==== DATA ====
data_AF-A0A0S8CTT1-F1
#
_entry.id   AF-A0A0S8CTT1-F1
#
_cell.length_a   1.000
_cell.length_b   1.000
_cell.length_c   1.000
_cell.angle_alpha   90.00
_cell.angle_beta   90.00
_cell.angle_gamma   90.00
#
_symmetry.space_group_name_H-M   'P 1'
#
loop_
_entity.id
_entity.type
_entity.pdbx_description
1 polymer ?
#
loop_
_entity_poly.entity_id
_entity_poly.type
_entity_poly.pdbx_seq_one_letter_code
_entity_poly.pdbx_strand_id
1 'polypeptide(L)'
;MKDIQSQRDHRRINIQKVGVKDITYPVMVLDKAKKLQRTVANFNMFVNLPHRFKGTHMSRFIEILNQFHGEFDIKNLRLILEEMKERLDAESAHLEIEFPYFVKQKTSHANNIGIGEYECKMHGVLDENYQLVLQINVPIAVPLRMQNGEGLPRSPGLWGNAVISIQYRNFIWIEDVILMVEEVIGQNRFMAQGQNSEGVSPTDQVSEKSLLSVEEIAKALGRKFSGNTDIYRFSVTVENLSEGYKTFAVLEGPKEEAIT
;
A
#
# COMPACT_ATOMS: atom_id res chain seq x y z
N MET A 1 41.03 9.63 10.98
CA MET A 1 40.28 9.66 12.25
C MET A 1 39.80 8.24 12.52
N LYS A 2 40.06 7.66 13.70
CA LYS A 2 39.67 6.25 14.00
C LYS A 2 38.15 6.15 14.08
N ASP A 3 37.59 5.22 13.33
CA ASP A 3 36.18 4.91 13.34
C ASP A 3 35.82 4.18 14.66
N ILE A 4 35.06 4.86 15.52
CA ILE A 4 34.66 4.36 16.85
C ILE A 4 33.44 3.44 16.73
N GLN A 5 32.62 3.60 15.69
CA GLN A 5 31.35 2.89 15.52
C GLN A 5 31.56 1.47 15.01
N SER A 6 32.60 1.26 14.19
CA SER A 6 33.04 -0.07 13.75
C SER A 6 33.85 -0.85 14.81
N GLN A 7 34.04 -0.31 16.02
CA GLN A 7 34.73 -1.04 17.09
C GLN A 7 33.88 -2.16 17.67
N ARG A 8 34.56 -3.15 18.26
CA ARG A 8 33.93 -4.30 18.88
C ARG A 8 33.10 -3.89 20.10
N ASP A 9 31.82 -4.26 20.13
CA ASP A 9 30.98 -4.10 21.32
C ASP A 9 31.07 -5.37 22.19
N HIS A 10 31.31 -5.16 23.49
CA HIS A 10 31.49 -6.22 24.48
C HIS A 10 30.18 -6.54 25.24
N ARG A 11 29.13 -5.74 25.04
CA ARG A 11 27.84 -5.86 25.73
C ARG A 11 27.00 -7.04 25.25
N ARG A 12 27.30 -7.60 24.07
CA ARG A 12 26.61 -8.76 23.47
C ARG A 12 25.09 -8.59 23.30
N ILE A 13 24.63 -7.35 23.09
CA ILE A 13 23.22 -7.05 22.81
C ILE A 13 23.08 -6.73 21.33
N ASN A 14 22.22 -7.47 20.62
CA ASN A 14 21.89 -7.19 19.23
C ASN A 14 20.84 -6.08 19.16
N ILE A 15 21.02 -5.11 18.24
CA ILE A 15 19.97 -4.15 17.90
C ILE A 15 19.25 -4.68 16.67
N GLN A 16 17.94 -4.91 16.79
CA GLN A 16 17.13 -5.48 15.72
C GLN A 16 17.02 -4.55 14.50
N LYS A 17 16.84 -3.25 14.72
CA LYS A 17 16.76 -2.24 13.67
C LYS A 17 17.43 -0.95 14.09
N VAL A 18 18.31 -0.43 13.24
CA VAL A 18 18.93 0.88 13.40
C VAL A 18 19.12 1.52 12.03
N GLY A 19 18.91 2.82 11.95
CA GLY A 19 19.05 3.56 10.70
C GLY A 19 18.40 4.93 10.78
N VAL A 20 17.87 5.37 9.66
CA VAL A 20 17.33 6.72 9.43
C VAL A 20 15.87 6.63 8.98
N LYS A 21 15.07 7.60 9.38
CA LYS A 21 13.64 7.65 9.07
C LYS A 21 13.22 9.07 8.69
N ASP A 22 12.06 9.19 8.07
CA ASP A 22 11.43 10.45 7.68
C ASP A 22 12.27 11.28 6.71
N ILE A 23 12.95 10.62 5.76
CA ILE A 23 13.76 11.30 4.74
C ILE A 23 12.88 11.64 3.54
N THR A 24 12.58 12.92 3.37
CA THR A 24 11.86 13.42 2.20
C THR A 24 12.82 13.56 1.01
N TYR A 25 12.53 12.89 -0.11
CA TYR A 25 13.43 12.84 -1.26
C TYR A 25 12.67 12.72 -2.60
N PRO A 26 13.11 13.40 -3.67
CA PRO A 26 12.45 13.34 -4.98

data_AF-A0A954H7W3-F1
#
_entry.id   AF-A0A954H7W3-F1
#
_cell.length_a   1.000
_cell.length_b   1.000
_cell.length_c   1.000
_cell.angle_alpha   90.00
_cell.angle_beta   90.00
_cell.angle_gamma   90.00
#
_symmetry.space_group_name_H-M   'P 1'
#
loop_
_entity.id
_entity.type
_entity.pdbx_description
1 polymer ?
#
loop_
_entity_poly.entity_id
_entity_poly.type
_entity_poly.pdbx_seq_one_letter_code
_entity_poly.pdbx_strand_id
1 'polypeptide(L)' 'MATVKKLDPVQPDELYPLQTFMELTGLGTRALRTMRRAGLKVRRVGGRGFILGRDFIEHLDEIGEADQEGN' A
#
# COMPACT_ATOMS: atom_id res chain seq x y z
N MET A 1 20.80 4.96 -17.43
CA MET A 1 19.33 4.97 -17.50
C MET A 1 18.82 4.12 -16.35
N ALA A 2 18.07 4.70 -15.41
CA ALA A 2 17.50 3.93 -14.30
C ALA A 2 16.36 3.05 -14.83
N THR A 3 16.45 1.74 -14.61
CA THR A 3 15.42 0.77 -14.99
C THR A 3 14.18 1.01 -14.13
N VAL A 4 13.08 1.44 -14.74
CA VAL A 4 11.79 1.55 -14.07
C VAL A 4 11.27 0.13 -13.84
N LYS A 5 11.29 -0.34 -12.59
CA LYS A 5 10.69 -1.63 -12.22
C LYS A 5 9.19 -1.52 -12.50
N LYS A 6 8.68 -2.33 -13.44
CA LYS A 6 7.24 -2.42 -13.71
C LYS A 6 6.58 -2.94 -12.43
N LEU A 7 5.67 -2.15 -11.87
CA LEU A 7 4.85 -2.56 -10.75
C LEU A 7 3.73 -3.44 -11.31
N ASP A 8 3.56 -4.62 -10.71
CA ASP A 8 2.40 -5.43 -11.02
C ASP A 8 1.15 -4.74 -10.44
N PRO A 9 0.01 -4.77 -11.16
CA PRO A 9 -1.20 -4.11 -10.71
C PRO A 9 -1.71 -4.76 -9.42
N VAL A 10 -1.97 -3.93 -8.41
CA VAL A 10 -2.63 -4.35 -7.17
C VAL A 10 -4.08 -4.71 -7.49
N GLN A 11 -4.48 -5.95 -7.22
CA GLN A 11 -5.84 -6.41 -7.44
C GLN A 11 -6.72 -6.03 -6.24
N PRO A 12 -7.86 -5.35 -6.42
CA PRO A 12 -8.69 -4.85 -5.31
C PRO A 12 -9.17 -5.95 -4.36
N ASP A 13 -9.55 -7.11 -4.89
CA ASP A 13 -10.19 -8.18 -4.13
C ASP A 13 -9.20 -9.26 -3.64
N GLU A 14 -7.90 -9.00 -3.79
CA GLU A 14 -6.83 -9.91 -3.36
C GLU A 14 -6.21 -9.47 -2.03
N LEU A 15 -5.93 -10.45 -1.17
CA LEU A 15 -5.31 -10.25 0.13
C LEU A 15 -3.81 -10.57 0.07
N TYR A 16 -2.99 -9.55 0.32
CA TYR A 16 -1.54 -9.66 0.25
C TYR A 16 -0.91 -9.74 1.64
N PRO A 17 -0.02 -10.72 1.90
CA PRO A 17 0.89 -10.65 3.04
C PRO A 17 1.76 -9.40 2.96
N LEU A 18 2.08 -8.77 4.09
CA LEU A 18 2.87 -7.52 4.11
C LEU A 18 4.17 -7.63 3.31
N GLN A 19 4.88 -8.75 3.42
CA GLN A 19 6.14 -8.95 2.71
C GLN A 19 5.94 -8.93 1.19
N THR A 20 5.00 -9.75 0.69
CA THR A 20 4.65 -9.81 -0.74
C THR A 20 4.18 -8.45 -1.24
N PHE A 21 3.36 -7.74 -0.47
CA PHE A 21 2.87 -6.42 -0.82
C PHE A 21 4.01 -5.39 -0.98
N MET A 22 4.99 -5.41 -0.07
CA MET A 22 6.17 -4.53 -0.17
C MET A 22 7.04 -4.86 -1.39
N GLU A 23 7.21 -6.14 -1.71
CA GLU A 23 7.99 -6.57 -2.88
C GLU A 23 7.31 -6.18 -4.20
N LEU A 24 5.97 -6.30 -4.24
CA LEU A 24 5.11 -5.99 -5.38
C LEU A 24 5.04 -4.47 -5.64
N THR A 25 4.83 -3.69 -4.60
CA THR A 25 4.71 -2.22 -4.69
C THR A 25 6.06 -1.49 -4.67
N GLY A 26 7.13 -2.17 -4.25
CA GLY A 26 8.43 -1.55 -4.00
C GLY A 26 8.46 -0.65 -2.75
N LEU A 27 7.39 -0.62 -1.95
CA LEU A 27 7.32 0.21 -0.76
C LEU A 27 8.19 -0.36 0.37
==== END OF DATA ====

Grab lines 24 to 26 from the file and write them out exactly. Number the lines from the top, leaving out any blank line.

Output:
_entity_poly.pdbx_strand_id
1 'polypeptide(L)'
;MKDIQSQRDHRRINIQKVGVKDITYPVMVLDKAKKLQRTVANFNMFVNLPHRFKGTHMSRFIEILNQFHGEFDIKNLRLILEEMKERLDAESAHLEIEFPYFVKQKTSHANNIGIGEYECKMHGVLDENYQLVLQINVPIAVPLRMQNGEGLPRSPGLWGNAVISIQYRNFIWIEDVILMVEEVIGQNRFMAQGQNSEGVSPTDQVSEKSLLSVEEIAKALGRKFSGNTDIYRFSVTVENLSEGYKTFAVLEGPKEEAIT